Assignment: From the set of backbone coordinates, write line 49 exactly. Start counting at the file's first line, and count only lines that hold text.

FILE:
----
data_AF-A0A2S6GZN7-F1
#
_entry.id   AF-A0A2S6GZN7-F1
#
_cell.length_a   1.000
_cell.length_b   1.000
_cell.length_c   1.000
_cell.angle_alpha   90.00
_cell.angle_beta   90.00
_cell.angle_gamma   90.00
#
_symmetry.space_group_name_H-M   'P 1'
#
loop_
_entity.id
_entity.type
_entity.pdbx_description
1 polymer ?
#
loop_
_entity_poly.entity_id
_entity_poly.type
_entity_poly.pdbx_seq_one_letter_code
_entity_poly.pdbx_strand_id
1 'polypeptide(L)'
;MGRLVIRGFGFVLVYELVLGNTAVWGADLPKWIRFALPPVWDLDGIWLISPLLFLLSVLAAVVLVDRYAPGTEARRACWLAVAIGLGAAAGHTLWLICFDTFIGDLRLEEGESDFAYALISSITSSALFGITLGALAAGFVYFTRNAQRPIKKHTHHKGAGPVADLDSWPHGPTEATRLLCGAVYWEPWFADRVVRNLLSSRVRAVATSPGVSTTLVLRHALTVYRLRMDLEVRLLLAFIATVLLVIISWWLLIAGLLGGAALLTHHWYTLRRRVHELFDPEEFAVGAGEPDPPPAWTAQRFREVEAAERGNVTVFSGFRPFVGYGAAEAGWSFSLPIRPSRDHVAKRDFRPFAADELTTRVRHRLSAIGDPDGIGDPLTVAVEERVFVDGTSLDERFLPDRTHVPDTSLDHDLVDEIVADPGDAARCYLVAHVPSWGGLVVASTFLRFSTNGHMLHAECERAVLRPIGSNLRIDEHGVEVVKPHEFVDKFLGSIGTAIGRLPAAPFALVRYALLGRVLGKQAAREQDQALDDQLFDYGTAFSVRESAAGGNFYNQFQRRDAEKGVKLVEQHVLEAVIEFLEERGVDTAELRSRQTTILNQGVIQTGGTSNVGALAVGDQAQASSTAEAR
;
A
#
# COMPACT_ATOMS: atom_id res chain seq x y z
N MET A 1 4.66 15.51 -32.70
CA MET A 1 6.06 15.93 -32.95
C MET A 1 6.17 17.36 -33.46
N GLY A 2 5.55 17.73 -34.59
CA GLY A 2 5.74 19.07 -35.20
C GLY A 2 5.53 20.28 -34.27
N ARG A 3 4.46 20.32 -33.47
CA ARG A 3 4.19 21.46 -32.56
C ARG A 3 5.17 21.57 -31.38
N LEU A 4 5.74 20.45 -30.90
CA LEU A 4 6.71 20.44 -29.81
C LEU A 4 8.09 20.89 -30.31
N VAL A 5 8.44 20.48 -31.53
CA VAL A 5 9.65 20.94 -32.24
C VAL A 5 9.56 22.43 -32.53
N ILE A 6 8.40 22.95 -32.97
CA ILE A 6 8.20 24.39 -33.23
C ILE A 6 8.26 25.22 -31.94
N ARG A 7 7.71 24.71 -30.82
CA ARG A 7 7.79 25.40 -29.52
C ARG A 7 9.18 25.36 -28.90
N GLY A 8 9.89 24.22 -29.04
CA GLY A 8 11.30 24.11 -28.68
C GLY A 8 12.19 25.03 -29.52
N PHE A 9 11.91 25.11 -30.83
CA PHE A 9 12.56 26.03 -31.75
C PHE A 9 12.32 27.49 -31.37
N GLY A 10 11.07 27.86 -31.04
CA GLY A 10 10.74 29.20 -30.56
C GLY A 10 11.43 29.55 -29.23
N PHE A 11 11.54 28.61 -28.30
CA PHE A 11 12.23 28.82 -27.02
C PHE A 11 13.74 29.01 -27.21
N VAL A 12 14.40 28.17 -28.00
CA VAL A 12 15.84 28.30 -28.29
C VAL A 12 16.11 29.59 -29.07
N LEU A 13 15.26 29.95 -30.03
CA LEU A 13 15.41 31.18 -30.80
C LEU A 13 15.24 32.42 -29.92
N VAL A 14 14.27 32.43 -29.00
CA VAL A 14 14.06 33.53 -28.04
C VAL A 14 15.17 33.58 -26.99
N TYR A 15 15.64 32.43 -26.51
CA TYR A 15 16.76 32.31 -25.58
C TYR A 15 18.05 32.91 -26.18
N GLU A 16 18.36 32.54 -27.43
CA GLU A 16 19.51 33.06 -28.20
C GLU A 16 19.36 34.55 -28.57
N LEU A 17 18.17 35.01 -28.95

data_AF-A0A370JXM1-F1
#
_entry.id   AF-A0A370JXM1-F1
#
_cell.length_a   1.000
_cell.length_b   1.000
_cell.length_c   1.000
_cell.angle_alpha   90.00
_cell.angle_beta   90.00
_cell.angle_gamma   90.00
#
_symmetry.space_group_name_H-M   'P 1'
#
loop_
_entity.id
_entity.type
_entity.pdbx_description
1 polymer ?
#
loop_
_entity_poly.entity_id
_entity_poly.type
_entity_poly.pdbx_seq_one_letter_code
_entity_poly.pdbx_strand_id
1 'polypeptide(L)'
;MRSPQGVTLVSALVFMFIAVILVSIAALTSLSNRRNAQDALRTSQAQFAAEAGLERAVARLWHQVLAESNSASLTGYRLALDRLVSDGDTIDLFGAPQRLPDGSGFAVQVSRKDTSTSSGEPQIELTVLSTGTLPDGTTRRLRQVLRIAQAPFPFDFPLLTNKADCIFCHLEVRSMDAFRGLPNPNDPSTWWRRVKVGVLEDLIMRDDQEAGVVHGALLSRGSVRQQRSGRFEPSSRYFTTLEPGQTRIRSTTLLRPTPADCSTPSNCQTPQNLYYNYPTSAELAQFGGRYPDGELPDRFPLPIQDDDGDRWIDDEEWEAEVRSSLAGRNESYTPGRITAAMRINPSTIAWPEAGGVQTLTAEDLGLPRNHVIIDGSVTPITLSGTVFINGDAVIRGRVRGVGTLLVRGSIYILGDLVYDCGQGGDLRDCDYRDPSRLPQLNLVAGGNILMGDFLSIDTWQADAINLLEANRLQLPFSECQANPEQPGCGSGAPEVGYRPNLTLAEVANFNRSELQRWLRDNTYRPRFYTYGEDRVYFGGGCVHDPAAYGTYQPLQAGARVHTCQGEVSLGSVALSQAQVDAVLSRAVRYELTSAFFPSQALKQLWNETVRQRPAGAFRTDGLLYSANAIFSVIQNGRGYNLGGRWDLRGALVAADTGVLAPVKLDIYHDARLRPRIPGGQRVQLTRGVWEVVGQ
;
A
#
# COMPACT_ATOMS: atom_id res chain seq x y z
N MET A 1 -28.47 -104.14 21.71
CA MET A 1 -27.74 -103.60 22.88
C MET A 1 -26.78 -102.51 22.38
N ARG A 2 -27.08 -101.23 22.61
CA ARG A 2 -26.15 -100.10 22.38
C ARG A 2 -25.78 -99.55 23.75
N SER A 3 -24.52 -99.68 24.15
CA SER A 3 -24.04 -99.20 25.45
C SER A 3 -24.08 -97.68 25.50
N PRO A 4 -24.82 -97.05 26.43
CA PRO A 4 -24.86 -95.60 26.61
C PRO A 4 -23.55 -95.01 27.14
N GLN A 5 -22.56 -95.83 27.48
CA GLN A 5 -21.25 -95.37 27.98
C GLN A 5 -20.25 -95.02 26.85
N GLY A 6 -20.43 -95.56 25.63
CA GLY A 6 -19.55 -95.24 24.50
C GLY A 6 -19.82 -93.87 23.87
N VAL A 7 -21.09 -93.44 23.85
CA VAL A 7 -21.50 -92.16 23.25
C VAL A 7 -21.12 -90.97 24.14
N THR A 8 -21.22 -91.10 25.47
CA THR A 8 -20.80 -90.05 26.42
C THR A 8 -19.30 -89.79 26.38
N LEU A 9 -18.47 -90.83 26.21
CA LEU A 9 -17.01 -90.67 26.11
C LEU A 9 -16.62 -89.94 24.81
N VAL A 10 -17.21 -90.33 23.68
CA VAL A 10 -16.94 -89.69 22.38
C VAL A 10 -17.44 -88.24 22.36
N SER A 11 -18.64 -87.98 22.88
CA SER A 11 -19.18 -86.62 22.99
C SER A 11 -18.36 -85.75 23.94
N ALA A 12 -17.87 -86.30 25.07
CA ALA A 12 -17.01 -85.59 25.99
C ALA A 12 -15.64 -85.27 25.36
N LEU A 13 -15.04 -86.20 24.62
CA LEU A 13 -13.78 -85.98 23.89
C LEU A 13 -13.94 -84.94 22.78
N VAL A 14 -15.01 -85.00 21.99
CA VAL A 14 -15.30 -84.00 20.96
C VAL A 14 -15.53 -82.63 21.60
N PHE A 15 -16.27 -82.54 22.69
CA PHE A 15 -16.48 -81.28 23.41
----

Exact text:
N ARG A 7 7.71 24.71 -30.82